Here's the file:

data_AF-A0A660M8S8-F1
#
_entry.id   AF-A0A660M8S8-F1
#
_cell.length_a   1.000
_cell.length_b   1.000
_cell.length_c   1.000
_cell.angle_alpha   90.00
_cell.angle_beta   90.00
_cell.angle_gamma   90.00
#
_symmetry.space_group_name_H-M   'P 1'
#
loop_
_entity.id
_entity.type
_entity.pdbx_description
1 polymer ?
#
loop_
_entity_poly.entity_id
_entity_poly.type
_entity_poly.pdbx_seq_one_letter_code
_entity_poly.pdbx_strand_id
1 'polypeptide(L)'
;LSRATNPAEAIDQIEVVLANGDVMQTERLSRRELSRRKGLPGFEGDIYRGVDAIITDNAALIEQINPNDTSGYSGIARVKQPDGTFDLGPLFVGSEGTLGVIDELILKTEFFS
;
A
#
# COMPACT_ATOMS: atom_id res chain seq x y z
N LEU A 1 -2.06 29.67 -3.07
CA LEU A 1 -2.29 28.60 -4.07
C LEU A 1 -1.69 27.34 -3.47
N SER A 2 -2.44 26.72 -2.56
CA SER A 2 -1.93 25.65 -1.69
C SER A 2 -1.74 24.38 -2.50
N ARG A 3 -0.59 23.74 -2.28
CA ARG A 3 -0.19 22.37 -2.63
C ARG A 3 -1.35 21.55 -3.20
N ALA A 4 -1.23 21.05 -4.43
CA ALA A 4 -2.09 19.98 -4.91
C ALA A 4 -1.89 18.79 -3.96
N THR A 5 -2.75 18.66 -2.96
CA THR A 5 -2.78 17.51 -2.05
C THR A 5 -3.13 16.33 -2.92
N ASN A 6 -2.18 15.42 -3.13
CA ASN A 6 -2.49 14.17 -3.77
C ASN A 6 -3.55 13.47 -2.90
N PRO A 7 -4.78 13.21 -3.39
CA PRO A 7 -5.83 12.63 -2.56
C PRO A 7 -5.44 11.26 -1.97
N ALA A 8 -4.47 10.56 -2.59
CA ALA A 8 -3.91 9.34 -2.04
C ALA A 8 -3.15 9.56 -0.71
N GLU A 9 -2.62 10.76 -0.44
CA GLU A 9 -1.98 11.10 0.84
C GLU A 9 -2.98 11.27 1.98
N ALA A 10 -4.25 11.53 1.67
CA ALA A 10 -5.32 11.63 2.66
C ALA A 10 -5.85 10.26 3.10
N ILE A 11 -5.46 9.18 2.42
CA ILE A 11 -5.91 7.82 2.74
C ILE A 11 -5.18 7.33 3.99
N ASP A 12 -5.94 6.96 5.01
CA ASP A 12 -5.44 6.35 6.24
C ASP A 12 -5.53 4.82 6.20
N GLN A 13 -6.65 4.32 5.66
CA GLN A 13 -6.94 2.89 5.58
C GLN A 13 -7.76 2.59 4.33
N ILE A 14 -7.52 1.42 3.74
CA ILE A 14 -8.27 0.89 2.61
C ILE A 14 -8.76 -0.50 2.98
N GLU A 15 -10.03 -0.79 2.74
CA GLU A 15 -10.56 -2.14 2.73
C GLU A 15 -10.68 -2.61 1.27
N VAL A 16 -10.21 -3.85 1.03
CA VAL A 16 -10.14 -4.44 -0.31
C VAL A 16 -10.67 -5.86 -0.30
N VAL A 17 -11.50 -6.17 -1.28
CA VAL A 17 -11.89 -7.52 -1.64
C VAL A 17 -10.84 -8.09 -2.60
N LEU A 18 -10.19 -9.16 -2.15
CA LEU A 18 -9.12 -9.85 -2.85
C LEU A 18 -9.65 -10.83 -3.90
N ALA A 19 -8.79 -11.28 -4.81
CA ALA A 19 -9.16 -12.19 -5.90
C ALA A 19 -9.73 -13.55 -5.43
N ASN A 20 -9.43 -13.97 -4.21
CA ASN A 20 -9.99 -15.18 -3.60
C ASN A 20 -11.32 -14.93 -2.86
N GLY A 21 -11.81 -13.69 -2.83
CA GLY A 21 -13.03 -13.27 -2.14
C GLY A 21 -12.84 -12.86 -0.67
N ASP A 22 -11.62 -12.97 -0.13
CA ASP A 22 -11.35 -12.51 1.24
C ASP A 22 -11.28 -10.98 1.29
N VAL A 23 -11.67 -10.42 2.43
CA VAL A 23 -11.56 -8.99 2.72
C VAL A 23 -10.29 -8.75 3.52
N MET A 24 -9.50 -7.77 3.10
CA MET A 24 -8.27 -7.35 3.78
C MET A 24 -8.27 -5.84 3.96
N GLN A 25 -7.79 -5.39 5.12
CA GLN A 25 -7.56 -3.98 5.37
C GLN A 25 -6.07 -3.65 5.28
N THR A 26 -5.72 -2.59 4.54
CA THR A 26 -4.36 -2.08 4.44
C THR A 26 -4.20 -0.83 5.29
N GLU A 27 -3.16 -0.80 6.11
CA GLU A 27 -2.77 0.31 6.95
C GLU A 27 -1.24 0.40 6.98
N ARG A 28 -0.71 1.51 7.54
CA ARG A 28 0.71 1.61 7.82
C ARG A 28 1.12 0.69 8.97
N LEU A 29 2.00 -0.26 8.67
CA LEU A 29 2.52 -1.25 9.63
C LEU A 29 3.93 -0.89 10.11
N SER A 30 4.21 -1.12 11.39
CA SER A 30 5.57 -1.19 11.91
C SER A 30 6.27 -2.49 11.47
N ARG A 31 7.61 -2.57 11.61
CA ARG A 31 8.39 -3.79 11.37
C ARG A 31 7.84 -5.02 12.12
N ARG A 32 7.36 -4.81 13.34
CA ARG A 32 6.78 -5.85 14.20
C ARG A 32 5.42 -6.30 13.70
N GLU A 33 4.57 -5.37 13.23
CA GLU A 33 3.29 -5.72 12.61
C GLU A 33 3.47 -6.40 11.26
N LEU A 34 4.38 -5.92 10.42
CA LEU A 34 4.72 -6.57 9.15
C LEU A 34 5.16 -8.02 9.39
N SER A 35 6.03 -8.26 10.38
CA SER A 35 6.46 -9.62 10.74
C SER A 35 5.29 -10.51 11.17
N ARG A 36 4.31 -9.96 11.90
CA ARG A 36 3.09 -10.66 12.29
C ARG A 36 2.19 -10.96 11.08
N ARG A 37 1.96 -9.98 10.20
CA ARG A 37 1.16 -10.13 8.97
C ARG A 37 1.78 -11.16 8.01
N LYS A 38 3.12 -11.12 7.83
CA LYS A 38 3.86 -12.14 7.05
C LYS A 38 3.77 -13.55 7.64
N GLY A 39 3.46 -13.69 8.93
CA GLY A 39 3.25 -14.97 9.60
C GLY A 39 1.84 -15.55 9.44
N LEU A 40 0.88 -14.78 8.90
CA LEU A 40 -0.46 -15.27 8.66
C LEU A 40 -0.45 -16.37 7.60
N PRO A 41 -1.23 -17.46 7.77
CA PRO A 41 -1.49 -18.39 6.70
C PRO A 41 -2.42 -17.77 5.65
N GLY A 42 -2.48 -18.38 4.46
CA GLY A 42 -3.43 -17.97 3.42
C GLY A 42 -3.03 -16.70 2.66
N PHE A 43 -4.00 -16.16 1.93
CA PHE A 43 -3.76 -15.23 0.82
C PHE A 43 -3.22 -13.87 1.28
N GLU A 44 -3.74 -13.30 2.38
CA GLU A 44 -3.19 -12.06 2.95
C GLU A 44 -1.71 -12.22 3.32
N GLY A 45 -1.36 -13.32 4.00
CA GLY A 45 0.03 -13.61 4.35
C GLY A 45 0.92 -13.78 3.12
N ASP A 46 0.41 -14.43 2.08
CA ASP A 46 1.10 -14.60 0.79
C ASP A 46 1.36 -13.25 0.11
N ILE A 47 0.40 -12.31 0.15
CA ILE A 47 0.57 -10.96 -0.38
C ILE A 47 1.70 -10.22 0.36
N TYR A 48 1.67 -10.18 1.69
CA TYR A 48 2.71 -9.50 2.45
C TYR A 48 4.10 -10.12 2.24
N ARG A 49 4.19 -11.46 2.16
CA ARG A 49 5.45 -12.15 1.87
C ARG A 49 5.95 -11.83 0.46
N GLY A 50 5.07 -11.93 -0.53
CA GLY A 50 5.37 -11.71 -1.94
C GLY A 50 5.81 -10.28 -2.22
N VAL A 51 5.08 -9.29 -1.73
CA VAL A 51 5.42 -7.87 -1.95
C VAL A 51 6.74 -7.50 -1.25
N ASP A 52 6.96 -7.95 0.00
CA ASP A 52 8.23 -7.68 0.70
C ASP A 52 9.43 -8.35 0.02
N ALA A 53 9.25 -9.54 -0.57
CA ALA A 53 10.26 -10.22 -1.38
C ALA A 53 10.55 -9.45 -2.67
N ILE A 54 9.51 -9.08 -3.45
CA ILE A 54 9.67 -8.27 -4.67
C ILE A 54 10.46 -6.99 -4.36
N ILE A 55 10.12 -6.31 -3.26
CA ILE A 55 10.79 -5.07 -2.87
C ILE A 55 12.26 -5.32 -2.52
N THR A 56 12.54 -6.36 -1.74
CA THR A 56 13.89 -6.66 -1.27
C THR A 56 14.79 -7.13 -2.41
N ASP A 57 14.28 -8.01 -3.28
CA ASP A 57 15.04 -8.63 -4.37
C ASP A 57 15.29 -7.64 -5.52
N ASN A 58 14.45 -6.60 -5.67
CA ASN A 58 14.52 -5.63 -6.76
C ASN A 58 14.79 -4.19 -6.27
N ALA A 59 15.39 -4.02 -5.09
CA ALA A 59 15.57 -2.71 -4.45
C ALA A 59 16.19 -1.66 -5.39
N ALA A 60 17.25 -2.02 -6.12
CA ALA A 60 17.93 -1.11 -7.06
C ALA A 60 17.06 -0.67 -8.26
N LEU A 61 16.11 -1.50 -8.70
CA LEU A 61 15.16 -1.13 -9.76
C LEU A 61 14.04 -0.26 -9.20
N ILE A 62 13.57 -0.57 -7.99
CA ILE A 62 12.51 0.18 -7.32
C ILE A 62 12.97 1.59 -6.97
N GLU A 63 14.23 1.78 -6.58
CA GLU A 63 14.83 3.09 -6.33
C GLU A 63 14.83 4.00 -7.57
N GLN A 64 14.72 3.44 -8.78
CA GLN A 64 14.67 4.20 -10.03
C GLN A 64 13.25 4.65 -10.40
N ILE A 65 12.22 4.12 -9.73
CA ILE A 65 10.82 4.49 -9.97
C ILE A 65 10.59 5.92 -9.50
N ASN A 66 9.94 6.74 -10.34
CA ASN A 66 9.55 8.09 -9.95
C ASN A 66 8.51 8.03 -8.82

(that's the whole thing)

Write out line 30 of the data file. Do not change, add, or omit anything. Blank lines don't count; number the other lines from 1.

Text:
# COMPACT_ATOMS: atom_id res chain seq x y z